From a managerial perspective, we should recognize that millenials tend to be used to a great deal of structure. They will probably have some challenge around self-directed assignments early on. Since they were used to a very strong parental influence, managers will need to provide constant feedback and direction. They respond well to a strong parent-like mentor in the workplace.

Communication will also be a challenge. The millenial generation grew up communicating through electronic devices. Personal interaction will be difficult at first. Extended group meetings will be uncomfortable, but there is a silver lining. This generation was heavily influenced by humanitarian efforts, such as Hurricane Katrina, and will thrive when asked to work in a team environment.

This group of new employees is highly ethical. They grew up in a time where corporate greed was coming to a head and the sins of Enron and Worldcom were splashed across the news. They will respond to leaders who have integrity and view business transactions as win-win.

I have just given you a taste of the conclusions that can be drawn from understanding generational differences. I hope you choose to dig deeper. Are these generational characterizations going to be perfect? Of course not, there will always be exceptions to the rule.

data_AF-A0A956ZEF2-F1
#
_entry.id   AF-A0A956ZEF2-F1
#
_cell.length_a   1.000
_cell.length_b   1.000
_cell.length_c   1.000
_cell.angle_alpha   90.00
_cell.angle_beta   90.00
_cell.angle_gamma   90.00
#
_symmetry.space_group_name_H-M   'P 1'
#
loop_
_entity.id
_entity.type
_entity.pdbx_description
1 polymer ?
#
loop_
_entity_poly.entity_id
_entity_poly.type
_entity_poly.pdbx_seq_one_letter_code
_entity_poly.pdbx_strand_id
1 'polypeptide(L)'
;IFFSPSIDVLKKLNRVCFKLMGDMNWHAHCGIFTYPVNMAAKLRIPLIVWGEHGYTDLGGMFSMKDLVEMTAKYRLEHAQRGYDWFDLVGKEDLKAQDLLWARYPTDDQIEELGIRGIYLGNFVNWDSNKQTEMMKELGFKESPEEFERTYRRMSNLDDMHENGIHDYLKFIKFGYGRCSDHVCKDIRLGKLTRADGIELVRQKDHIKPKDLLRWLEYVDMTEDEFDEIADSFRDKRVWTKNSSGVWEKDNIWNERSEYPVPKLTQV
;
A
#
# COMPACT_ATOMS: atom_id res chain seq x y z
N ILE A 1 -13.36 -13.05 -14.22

When you get into the study of generational influences, look for the similarities to your current employees. Don’t dwell on the differences. Remember, these kids aren’t wrong, they just view the world with a slightly different set of glasses. Good luck.

Jason Bader is the managing partner of The Distribution Team. He spent the first 20 years of his career working in distributor operations. His firm specializes in helping distributors become more profitable through operating efficiencies. He is regular speaker at industry events and spends much if his time working with individual distribution companies. He can be reached at (503) 282-2333 or Additional resources can be found at

Posted from: Martin Lower, 7/26/11 at 4:23 PM CDT
In my opinion these types of articles are both helpful and overly simplistic. While certain characteristics might be more common in some generations the reality is that you need to understand what motivates each INDIVIDUAL. The article rightly points out people are different but I would resist the urge to categorize as there are all types within each generation.